Tuesday, 10 March 2015

FINALLY THE BACK PASS BITES

A back pass in football is not one of the most obvious features in the game and yet it is a crucial element of defending. It affords a defence under pressure to use the advantage of a goalkeeper facing play to best deal with an uncomfortable situation. It's an important facet of defending...when executed perfectly. It is not, however, a foundation play. It is a form of last resort option---and goodness knows those situations do not come so often in a football match.

The crisis in United's play at the moment is that the back pass is being used as a foundation of play/attack. Manchester United account for the highest number of back passes in the top division in English football, which is damning considering that we are never under that much pressure in games to pass the ball back to the keeper, say, more than Leicester City or QPR or Burnley.

It is a highlight of the abject lack of confidence among United's defenders that they cannot fathom the idea of a defender being inches from them and getting out of that situation in a way devoid of passing the ball to David De Gea. It's a dream situation for any striker to be up against a side that often times knocks it back to the keeper because you live in hope that one of them passes will either be under hit or blind to your run through on goal.

In keeping with the norm, last night Antonio Valencia attempted one of the may back passes he and the rest of the defence had made throughout the evening, only that this time, it was under hit. Danny Welbeck is not a prolific finisher and wouldn't have scored last night if things at the back were in situ, but even by his awful standards, missing the target with an open goal was always going to be a tough ask. And that is how United extinguished their own hopes of silverware this season.

It's by no means a dead end from hereon, because we still have our season's target in tandem but something surely has got to change. Marouanne Fellaini is one hell of a player suited to the agricultural demands of the premier league but there are sides against whom he would readily struggle because of his inability to play with his feet. Swansea is one of them, Arsenal is another. In learning about the physicality of the premier league, LVG has got to get this straight. When United went to Stoke on Boxing Day, there was hardly a need to use Juan Mata simply because he was never going to be suited to the nature of the game. Fellaini would have loved the monsoon winds of the Britannia and the football (if any) that was played on the day. When United went to Swansea, the close control abilities and speed of the Swans meant every time Fellaini tried to be physical, he gave away a foul. It was the same old story last night.

Even so, United could still afford a poor Fellaini upfront if the manager had kept on the club's best midfielder beyond halftime. It's easy to see where LVG was coming from because our midfield was exposed to Arsenal on the break but what he forgot to jot down in his giant clip board is that Herrera's presence in the middle also poked holes in the Arsenal midfield throughout that first half. In opting for the solid foundation that was Carrick after the break, van Gaal ceded the freedom of the midfield to the London side and in effect made it more urgent that United pummel long balls to Marouanne. Against sides that are aesthetically good on the ball, the Belgian is better off a Plan B not a Plan A.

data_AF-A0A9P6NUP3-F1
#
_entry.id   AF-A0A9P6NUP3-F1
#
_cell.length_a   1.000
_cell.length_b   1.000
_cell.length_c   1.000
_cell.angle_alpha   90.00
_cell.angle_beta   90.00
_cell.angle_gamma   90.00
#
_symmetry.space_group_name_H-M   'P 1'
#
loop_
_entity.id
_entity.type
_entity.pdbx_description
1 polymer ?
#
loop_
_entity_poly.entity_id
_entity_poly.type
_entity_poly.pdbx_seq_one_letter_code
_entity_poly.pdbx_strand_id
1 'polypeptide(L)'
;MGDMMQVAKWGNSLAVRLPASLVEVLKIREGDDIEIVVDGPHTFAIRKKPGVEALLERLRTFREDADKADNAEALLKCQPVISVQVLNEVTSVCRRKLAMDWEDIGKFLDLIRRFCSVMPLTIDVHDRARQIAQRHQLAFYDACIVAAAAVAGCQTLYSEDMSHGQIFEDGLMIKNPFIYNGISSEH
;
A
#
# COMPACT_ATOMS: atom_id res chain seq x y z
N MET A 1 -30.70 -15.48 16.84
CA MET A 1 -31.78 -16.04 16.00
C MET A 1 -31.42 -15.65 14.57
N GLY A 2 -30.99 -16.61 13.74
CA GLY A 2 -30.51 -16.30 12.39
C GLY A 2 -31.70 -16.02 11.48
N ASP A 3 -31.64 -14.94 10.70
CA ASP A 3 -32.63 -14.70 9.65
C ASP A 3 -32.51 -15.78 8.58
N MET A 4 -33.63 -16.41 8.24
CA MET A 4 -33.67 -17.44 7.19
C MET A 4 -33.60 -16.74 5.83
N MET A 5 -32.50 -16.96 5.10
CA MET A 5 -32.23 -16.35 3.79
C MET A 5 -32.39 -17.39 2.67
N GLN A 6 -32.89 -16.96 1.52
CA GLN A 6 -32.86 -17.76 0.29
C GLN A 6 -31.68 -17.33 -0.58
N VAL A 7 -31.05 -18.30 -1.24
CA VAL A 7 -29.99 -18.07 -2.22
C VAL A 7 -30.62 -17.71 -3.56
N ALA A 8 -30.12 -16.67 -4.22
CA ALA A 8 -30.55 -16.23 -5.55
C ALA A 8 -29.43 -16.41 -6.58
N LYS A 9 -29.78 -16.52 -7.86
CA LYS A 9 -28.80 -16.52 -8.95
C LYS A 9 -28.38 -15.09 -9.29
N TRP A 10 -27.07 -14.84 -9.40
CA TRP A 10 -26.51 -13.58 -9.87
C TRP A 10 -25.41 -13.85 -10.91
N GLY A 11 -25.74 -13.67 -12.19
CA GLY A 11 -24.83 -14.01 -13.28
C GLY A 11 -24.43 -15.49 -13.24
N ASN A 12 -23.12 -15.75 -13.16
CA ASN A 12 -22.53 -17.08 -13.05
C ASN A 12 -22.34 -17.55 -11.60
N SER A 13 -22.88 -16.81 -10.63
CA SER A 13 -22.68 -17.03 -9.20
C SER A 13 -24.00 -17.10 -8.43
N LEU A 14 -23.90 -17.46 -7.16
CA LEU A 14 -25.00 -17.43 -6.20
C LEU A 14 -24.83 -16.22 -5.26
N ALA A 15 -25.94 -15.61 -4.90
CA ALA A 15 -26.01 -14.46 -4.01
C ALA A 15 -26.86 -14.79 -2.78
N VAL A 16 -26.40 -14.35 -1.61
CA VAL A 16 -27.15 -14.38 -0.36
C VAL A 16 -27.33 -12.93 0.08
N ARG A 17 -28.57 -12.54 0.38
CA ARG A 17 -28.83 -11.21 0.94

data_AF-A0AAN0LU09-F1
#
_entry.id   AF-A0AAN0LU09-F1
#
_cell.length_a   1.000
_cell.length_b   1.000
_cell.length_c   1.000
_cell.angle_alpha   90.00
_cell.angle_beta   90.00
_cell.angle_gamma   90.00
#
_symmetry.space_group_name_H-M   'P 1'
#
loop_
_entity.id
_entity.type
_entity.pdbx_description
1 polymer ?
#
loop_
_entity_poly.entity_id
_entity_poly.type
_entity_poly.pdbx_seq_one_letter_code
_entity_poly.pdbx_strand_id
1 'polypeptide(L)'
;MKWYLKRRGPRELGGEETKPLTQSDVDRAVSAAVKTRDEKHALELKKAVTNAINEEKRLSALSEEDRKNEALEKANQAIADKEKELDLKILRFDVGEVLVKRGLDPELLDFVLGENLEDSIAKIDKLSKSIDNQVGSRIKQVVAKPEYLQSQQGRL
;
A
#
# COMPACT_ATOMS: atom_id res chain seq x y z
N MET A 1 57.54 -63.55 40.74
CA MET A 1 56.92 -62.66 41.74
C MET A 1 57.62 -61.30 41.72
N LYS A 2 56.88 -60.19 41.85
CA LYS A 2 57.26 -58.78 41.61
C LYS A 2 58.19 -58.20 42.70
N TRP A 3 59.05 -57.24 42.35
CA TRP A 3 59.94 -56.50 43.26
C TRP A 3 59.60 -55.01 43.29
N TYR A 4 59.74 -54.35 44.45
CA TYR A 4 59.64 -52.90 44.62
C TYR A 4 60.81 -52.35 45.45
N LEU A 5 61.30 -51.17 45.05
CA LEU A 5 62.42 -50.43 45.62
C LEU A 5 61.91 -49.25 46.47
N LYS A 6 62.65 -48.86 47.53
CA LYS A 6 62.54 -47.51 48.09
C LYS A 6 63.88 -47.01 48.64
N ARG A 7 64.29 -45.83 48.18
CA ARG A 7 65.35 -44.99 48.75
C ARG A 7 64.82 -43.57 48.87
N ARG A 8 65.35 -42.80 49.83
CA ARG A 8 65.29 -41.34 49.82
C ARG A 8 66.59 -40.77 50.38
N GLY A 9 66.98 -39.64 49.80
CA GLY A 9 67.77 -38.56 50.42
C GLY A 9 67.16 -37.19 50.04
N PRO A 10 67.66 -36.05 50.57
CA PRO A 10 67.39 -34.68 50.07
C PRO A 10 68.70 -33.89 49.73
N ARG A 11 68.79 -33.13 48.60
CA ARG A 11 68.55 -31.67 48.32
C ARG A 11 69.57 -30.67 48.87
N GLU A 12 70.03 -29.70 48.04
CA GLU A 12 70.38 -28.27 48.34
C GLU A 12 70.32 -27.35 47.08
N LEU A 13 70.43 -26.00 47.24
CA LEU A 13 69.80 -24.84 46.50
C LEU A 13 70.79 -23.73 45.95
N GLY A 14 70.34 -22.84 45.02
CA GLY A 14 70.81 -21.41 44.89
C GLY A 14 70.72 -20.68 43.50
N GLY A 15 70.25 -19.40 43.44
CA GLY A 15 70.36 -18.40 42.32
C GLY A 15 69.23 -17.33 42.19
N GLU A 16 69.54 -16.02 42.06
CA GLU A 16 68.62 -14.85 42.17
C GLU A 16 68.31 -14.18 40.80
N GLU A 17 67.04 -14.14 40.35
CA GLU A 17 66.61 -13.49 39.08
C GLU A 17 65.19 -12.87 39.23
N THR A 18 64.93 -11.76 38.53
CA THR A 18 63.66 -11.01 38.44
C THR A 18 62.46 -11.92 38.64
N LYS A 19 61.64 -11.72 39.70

When Spurs visit on the Sunday, it is imperative that we match skill for skill and not attempt to undervalue the abilities of our own players with the type of football that hardly plays to their strengths. If United are to keep passing it back to their Number 1, then the players must have the presence of mind to execute it perfectly as often as they do it because of all the misplaced passes you can make in a match, a poor back pass is an almost certain fatal error.

Angel Di Maria, like Radamel Falcao, ought to have gotten into their heads by now the reality that in English football, you do not go down as easily as you can in other leagues to win a foul. You only have to look at the punishment Eden Hazard gets to understand how much of a thumping you have to endure in this league. Adnan Januzaj perhaps needs to read from the same script. Fairly or unfairly, it is damning when you boast more yellow cards for simulation than goals. Stay on your feet lads!

We've passed up our best chance to win the Cup in more than decade and Arsenal now have an opportunity to go past the record tally of 11 wins. It starting to feel that it will be ages before the famous old trophy gets back into our hands. A shame really, but not quite if in the meantime we somehow manage to get our hands on bigger prizes. Whether that will come to fruition is another debate. As it stands though, we have a clear 10 game fight for points to stake our claim for the big league next year. The psychological blow last night cannot be ignored but Sunday is an opportunity for the club to respond. Failure to win that and we could really come down crashing on our own weight before the season is out.

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